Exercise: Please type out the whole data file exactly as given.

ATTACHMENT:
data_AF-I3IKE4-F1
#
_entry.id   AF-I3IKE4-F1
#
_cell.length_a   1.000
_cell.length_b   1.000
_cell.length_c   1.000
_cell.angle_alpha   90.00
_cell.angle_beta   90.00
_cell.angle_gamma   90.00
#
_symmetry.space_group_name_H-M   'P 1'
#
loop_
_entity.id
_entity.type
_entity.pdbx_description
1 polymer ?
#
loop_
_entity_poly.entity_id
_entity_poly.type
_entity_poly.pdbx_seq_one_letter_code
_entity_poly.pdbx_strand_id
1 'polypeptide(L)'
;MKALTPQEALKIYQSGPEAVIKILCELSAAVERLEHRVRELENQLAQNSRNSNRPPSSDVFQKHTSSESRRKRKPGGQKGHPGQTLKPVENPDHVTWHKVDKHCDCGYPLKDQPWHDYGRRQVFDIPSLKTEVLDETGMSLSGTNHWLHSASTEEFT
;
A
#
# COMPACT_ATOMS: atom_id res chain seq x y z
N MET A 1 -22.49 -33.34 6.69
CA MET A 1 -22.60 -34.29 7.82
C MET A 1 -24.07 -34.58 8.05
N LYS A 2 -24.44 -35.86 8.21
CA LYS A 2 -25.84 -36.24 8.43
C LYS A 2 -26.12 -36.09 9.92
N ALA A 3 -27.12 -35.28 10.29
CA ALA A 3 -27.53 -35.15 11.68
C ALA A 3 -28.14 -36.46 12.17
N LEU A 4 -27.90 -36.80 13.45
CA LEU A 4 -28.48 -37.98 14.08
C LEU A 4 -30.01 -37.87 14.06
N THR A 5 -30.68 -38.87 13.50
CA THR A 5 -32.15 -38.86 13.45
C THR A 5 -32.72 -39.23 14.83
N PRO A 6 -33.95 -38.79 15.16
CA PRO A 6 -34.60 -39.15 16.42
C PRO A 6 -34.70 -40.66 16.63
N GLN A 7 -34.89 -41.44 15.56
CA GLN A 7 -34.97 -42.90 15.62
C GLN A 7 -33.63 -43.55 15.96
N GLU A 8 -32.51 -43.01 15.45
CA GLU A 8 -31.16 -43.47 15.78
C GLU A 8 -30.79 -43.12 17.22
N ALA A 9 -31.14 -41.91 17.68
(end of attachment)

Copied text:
data_AF-I3IKE4-F1
#
_entry.id   AF-I3IKE4-F1
#
_cell.length_a   1.000
_cell.length_b   1.000
_cell.length_c   1.000
_cell.angle_alpha   90.00
_cell.angle_beta   90.00
_cell.angle_gamma   90.00
#
_symmetry.space_group_name_H-M   'P 1'
#
loop_
_entity.id
_entity.type
_entity.pdbx_description
1 polymer ?
#
loop_
_entity_poly.entity_id
_entity_poly.type
_entity_poly.pdbx_seq_one_letter_code
_entity_poly.pdbx_strand_id
1 'polypeptide(L)'
;MKALTPQEALKIYQSGPEAVIKILCELSAAVERLEHRVRELENQLAQNSRNSNRPPSSDVFQKHTSSESRRKRKPGGQKGHPGQTLKPVENPDHVTWHKVDKHCDCGYPLKDQPWHDYGRRQVFDIPSLKTEVLDETGMSLSGTNHWLHSASTEEFT
;
A
#
# COMPACT_ATOMS: atom_id res chain seq x y z
N MET A 1 -22.49 -33.34 6.69
CA MET A 1 -22.60 -34.29 7.82
C MET A 1 -24.07 -34.58 8.05
N LYS A 2 -24.44 -35.86 8.21
CA LYS A 2 -25.84 -36.24 8.43
C LYS A 2 -26.12 -36.09 9.92
N ALA A 3 -27.12 -35.28 10.29
CA ALA A 3 -27.53 -35.15 11.68
C ALA A 3 -28.14 -36.46 12.17
N LEU A 4 -27.90 -36.80 13.45
CA LEU A 4 -28.48 -37.98 14.08
C LEU A 4 -30.01 -37.87 14.06
N THR A 5 -30.68 -38.87 13.50
CA THR A 5 -32.15 -38.86 13.45
C THR A 5 -32.72 -39.23 14.83
N PRO A 6 -33.95 -38.79 15.16
CA PRO A 6 -34.60 -39.15 16.42
C PRO A 6 -34.70 -40.66 16.63
N GLN A 7 -34.89 -41.44 15.56
CA GLN A 7 -34.97 -42.90 15.62
C GLN A 7 -33.63 -43.55 15.96
N GLU A 8 -32.51 -43.01 15.45
CA GLU A 8 -31.16 -43.47 15.78
C GLU A 8 -30.79 -43.12 17.22
N ALA A 9 -31.14 -41.91 17.68